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This is a quick instructable on how I make my Kraft paper tubes for my homemade motors. These are only parallel rolled, but you can use a similar method to make spiral tubes as well. Sorry for the poor quality of the images and lighting. I don't have a proper lighting or tripod setup as of yet. The images will be updated at a later date.

Materials:
  • Kraft paper ( local newsagent or craft store )
  • Glue or Glue Mix - 1 part water, 4 parts wood glue or craft glue
  • Wooden dowel - 7cm length
  • Scissors or sharp blade
  • Sandpaper of light strength

Step 1: Take a Look

Here are an example of the tubes in action after filling with bentonite clay nozzle mix and black powder single grain fuel. Below you can see a movie of it in action as well.

Step 2: Start Prep and Cutting

I am missing the first couple of images on how I created the quick wooden 'tools', but you can see in the image here pretty much what I use by the labels. The ramming jig is the small section of the dowel 5mm length, glued onto a piece of scrap wood I had laying about. The finished tubes fit beautifully over this.

Start with your 7cm long bit of dowel and measure and cut a section of Kraft paper about 5mm larger on each end of the dowel motor form. My Kraft paper roll is 32cm in width, so I cut two pieces, both 8cm wide, 32cm long.

Step 3: Roll It Up

I then very carefully and evenly, roll the paper around the form, using a moderate, but not too much pressure to make the paper meet the other side. Kind of like rolling a cigarette paper if you have done so. I check at this stage that the paper is lined up to itself dead on. If you don't, it will cause the paper to roll over to one side too much, though a little is fine. I sometimes get up to 4mm of movement that I clean up later.

When you feel it is aligned correctly, do a full half-roll, and then apply a stripe of glue across the length of the paper. Note: if you don't do the half-turn, the paper will get stuck on the form and you won't be able to get the dowel out later! If you want to be extra sure that the paper won't stick to your form, cut a small strip of paper, roll it, and then tape it. Then glue the long first strip of paper to that.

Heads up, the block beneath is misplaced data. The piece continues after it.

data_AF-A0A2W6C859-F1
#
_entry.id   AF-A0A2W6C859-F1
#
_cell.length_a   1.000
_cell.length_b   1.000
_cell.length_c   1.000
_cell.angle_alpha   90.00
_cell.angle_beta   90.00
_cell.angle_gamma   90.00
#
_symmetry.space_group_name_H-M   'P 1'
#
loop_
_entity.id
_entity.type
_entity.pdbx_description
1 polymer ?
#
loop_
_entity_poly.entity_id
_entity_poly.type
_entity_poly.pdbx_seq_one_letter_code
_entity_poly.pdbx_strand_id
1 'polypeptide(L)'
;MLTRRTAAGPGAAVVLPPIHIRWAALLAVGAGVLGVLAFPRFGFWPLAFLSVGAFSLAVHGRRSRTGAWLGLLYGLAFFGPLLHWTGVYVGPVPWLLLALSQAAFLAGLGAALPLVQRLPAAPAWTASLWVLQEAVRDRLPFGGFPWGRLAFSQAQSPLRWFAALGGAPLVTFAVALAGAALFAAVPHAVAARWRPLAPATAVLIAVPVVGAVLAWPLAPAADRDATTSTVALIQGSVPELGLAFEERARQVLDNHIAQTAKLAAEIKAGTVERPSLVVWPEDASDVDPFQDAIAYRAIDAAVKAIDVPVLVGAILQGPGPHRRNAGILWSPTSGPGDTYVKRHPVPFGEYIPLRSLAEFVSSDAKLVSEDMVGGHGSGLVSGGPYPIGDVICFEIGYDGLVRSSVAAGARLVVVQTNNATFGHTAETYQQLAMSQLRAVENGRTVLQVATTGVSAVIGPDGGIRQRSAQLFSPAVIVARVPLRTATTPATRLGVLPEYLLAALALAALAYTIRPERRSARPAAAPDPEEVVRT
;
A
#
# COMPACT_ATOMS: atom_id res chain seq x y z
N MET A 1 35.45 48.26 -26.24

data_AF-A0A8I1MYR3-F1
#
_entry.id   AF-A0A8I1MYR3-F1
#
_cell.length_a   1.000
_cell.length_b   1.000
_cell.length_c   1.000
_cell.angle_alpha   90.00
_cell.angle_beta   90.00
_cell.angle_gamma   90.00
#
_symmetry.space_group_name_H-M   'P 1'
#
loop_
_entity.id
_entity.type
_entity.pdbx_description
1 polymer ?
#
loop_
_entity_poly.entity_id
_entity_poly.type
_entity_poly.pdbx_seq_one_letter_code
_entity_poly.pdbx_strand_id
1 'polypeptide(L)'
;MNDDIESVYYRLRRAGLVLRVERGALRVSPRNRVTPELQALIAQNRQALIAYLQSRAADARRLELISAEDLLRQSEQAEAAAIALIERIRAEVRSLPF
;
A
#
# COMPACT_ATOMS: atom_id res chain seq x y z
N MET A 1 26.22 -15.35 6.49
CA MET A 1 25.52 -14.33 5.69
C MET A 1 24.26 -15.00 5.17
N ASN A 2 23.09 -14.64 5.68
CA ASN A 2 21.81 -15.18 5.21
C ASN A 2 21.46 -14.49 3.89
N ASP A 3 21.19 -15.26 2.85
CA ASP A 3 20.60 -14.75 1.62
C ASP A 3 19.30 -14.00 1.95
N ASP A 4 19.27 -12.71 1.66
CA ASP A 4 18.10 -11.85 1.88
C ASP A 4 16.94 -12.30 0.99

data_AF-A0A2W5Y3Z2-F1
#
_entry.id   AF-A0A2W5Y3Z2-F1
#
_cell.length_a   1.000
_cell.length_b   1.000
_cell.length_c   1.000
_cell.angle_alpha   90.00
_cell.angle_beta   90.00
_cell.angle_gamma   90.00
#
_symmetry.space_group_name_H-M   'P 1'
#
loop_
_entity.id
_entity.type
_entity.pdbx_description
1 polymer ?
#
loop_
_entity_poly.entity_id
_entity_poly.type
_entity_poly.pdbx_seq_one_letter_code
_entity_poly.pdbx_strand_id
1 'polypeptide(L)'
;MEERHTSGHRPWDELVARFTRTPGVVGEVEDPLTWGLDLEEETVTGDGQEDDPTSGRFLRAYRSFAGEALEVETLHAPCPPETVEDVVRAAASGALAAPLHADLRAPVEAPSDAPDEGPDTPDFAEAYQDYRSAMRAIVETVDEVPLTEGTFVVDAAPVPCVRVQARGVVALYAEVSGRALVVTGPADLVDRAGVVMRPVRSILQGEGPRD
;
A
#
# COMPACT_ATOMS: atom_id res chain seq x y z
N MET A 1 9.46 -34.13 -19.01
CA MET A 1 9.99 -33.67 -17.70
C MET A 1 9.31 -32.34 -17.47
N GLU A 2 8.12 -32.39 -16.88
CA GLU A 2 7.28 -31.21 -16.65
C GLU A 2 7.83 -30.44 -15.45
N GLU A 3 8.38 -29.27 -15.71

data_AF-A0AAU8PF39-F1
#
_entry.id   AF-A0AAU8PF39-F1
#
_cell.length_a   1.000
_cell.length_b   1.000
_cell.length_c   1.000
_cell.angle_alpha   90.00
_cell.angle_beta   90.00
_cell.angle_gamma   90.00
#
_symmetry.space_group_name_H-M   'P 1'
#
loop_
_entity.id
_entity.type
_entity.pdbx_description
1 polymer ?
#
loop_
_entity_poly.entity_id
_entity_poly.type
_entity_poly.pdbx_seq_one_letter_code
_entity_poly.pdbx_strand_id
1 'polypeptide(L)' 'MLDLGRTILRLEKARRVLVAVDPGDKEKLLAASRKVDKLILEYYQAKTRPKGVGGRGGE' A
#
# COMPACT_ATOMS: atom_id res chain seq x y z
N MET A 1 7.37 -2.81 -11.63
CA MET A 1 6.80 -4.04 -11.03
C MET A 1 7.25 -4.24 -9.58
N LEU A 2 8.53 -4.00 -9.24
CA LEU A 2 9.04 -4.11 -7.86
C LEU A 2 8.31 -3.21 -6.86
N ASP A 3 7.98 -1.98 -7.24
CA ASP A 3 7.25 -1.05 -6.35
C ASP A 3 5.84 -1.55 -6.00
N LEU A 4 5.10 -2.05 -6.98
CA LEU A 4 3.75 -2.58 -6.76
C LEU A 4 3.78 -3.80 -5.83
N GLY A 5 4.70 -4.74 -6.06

Spread the glue with your finger to give an even layer and 'dryer' glue amount.

Step 4: More a Rollin'

You should be able to gently twist and pull the form in and out a little as you progress with gluing and rolling until no more paper is left to roll. I put an even finger smudge of glue about every half turn, and keep an even holding pressure while I roll the tube and paper. Keeping a steady hand, even pressure and glue amounts, are all key to the tube holding its shape better and hold when fuel is burnt within it.

After the first layer of Kraft paper has been rolled and glued in place, I roll it under the palm of my hand with even pressure again. There is another design of form I will have to show that I have seen elsewhere, but what happens if you use one like I used here, is the tube will fold around the sides of the form, sometimes creasing the roundness of the tube. It is not too much of a problem as you will see in the next step though.

Repeat the glue and rolling steps for the second, third paper sheets for however thick you need the tube to be.

Step 5: Trim N Tidy

Once you are happy with a tube shape, trim it up with whatever means possible to the length of the dowel or the length desired. If you rolled the tube under your hand, this will tidy up the sides so you can remove the form a little again. I hold the form in one hand and the tube in the other, twisting and giving a slight even pressure to help make a nicely shaped tube. Don't remove the dowel form completely just yet. 

After the sides are cut, hold the tube vertical and sand the edges lightly with a gentle sandpaper to even the edge, and to also aid in the paper edges join to one another.  

You should now be able to push the dowel through the tube with your finger gently enough to be able to twist and pull it out completely.

Step 6: Strengthen

Add a bit more strength to the ends of the tubes by applying a small bead of glue around it's edge and smooth with your finger and try to squish some between the paper layers if visible.

Wait for all of the glue to dry, slowly twist in the form again and twist it about to make sure the tube shape is correct and can fit over the form without an issue of getting stuck. It should be a very close, but not tight fit.

Your tube should now be dry and complete, ready for your hobby rocket motors or even rocket shape!

Step 7: Parallel Tube Machine

I will most likely build a simple machine that is either motor or hand cranked, based on the image / idea I drew up in 3d studio max. It provides a constant even pressure on the roll, and a constant even glue layer as well.

Rather simple design, I should start it in the coming weeks.

Cheers for checking out my 'ible! 
<p>This is great, I will try this in the next few weeks when I get a chance. question, did you ever get around to building the parallel tube machine aspect of this? <br><br>Also, how does this compare to the strength of say an estes or quest rocket motor casing?</p>
Hello and thanks for commenting :) If you look up how to make wire springs, you will be able to figure out how to make a paper winder, using the same simple technique. I could have a go at making one to show you but may take a little while :)
Looks good! Thanks for posting!

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Bio: Experimentalist, electronics engineer, and dad of two that needs to see the doctor over a serious case of the irritable instructables. Always interested in alternative ... More »
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